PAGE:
Should women in need **really** have access to free hygiene products?

For homeless women it would definitely be difficult or impossible (depending on if they have access to a shelter with adequate bathrooms or not) and disposables would definitely be warranted.

But in general, I do wish there was more awareness of and free or affordable resources for cloth menstrual pads or menstrual cups for low-income women in the US.

(Linking to the most affordable reasonably reputable sources I know that ship to the US, I have no affiliation with the following links/sellers:)

A $28 menstrual cup or as cheap as $20 in cloth pads from China (thru aliexpress) or $34+ from the US, $50 for 10 heavy-flow pads (from Mama Bear Lady Wear) can last years and years. (and if you have sewing skills and time, you can make them for cheaper.)

Considering most women are spending around $60 a year on menstrual products (and sometimes much more if they have a heavy flow), this can result in a savings in just the first year, never mind all the subsequent years. So the issue becomes making users aware of the products, and making the upfront costs accessible. If you look at the more expensive popular products like lunapads which would cost $127 for 8 average length/flow pads (8 is the minimum you'd want to have to start with, IMO, with absorbency adjusted for your flow), it becomes a much bigger upfront cost and basically eats all first and second year savings... and this turns off some users from cloth products because they just can't spend over a hundred dollars all at once. (If you do have more to spend, my favorite Etsy seller is MotherMoonPads. Her products start at $6.50 for an 8 or 10 inch pantyliner, $9.50 for a day pad, to 11.50 for a super-heavy-flow postpartum/overnight pad. They are high quality and have extremely absorbent Zorb fabric in the pads. And despite the very high quality and the perks of Zorb, even a postpartum/very heavy flow stash of 6 heavy and 6 postpartum pads costs $132 compared to lunapad's $263! for 6 long and 6 postpartum pads.)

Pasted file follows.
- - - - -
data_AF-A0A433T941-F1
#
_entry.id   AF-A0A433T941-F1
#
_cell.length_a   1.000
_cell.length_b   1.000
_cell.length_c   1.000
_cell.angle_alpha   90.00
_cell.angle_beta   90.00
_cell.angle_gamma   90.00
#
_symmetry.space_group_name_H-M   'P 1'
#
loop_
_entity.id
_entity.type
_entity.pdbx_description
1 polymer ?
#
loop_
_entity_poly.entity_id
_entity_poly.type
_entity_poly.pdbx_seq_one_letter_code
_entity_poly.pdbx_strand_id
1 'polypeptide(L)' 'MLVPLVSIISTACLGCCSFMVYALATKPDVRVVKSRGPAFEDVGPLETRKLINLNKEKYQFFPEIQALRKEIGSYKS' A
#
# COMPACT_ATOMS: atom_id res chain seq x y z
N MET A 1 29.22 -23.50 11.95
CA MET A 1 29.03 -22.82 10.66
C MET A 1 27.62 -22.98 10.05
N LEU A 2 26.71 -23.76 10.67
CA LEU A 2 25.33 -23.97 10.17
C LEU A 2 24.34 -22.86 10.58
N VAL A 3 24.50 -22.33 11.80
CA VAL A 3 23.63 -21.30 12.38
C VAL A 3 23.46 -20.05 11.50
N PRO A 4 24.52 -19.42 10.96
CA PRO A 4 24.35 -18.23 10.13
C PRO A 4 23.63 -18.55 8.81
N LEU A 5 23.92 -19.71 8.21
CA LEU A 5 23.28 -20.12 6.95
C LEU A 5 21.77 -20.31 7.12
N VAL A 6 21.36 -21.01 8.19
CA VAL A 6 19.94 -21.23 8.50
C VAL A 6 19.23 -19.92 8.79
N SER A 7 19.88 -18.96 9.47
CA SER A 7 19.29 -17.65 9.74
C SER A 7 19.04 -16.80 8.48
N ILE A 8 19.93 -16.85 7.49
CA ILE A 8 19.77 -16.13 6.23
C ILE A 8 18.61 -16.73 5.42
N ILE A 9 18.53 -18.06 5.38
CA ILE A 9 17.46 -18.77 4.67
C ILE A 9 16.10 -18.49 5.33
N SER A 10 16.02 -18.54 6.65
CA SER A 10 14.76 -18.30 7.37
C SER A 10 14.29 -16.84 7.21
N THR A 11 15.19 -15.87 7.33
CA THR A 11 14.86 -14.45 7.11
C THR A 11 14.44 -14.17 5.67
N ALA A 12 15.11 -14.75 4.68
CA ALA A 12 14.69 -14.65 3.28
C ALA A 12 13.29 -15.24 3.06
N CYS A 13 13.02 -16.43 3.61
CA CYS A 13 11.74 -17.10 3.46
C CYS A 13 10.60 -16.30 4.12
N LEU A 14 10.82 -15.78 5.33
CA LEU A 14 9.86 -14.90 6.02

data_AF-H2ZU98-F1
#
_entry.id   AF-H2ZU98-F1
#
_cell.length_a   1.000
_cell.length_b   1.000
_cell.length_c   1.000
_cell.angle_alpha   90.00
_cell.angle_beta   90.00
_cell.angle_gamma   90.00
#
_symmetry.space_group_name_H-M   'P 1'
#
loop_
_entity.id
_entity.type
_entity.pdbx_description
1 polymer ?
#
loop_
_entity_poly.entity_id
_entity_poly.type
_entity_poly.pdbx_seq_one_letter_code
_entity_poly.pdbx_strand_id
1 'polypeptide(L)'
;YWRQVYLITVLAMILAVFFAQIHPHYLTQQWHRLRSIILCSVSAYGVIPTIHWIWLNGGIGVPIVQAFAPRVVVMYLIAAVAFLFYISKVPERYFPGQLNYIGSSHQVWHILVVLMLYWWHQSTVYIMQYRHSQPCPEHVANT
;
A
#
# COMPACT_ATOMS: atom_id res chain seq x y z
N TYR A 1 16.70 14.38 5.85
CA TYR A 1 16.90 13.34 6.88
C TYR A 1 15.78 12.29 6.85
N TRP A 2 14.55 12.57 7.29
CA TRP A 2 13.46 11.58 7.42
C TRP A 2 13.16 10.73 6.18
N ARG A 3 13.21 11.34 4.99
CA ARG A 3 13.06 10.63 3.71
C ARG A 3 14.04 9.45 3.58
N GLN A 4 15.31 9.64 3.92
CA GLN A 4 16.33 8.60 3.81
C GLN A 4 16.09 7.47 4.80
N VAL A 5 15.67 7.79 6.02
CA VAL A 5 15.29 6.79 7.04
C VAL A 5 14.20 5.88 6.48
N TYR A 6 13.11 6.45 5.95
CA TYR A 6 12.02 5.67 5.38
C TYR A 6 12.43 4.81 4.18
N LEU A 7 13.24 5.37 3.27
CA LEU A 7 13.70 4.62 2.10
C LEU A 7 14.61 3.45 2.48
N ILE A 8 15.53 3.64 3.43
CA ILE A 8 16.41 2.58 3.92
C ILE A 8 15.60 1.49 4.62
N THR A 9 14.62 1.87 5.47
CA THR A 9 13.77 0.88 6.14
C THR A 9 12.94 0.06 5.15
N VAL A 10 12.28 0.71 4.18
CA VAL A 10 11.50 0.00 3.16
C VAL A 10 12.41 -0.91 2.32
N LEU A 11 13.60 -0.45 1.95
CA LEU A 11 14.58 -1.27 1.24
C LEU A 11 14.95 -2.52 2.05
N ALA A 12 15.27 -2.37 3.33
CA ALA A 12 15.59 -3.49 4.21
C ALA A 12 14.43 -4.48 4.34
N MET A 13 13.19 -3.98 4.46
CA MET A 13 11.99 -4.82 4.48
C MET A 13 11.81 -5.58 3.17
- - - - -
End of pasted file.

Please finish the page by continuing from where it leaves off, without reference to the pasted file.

(and if you wear pantyliners $30 or less (from Emmastar) (depending on how often you wash or if you want to hand wash/hang dry) can get you 5+ years of protection for the cost of ~6 months of daily pantyliners!)

Aside from the comfort and environmental benefits, that's $60+ a year you're left to spend.

/r/TwoXChromosomes Thread Parent